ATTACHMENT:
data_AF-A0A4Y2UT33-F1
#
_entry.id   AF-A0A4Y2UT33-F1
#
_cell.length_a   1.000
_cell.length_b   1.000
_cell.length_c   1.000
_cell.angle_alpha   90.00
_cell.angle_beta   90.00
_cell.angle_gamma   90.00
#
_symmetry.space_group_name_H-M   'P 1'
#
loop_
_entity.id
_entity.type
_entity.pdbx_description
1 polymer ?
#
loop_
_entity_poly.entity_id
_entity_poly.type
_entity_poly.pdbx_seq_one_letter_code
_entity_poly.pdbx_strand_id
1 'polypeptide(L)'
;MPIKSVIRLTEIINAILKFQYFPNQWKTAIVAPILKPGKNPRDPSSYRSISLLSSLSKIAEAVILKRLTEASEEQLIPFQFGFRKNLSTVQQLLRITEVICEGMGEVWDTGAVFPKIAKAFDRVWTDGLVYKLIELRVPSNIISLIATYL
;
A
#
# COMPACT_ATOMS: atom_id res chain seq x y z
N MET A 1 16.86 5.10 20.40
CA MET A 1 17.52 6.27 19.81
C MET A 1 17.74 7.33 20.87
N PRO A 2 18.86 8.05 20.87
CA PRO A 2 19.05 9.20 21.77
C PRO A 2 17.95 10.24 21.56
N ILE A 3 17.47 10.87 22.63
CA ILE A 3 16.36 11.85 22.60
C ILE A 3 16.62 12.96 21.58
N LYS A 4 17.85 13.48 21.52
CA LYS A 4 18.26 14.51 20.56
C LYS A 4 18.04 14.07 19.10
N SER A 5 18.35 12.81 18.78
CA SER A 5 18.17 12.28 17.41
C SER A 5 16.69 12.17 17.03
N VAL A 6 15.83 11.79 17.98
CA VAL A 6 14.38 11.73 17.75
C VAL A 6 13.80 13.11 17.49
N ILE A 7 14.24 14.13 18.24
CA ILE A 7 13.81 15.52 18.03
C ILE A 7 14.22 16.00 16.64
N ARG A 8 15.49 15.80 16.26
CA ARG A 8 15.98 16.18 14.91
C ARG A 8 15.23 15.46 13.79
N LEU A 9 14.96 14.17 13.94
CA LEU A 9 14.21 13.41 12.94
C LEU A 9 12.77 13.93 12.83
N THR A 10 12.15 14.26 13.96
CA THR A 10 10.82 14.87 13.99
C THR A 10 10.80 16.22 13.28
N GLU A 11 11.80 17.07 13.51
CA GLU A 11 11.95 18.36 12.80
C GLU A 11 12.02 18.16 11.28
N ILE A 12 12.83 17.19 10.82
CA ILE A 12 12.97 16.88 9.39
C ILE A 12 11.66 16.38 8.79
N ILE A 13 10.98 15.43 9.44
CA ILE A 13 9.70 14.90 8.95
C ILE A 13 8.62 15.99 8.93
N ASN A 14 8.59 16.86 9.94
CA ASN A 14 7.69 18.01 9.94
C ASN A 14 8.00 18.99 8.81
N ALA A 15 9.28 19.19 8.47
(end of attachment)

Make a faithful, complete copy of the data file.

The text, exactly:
data_AF-A0A4Y2UT33-F1
#
_entry.id   AF-A0A4Y2UT33-F1
#
_cell.length_a   1.000
_cell.length_b   1.000
_cell.length_c   1.000
_cell.angle_alpha   90.00
_cell.angle_beta   90.00
_cell.angle_gamma   90.00
#
_symmetry.space_group_name_H-M   'P 1'
#
loop_
_entity.id
_entity.type
_entity.pdbx_description
1 polymer ?
#
loop_
_entity_poly.entity_id
_entity_poly.type
_entity_poly.pdbx_seq_one_letter_code
_entity_poly.pdbx_strand_id
1 'polypeptide(L)'
;MPIKSVIRLTEIINAILKFQYFPNQWKTAIVAPILKPGKNPRDPSSYRSISLLSSLSKIAEAVILKRLTEASEEQLIPFQFGFRKNLSTVQQLLRITEVICEGMGEVWDTGAVFPKIAKAFDRVWTDGLVYKLIELRVPSNIISLIATYL
;
A
#
# COMPACT_ATOMS: atom_id res chain seq x y z
N MET A 1 16.86 5.10 20.40
CA MET A 1 17.52 6.27 19.81
C MET A 1 17.74 7.33 20.87
N PRO A 2 18.86 8.05 20.87
CA PRO A 2 19.05 9.20 21.77
C PRO A 2 17.95 10.24 21.56
N ILE A 3 17.47 10.87 22.63
CA ILE A 3 16.36 11.85 22.60
C ILE A 3 16.62 12.96 21.58
N LYS A 4 17.85 13.48 21.52
CA LYS A 4 18.26 14.51 20.56
C LYS A 4 18.04 14.07 19.10
N SER A 5 18.35 12.81 18.78
CA SER A 5 18.17 12.28 17.41
C SER A 5 16.69 12.17 17.03
N VAL A 6 15.83 11.79 17.98
CA VAL A 6 14.38 11.73 17.75
C VAL A 6 13.80 13.11 17.49
N ILE A 7 14.24 14.13 18.24
CA ILE A 7 13.81 15.52 18.03
C ILE A 7 14.22 16.00 16.64
N ARG A 8 15.49 15.80 16.26
CA ARG A 8 15.98 16.18 14.91
C ARG A 8 15.23 15.46 13.79
N LEU A 9 14.96 14.17 13.94
CA LEU A 9 14.21 13.41 12.94
C LEU A 9 12.77 13.93 12.83
N THR A 10 12.15 14.26 13.96
CA THR A 10 10.82 14.87 13.99
C THR A 10 10.80 16.22 13.28
N GLU A 11 11.80 17.07 13.51
CA GLU A 11 11.95 18.36 12.80
C GLU A 11 12.02 18.16 11.28
N ILE A 12 12.83 17.19 10.82
CA ILE A 12 12.97 16.88 9.39
C ILE A 12 11.66 16.38 8.79
N ILE A 13 10.98 15.43 9.44
CA ILE A 13 9.70 14.90 8.95
C ILE A 13 8.62 15.99 8.93
N ASN A 14 8.59 16.86 9.94
CA ASN A 14 7.69 18.01 9.94
C ASN A 14 8.00 18.99 8.81
N ALA A 15 9.28 19.19 8.47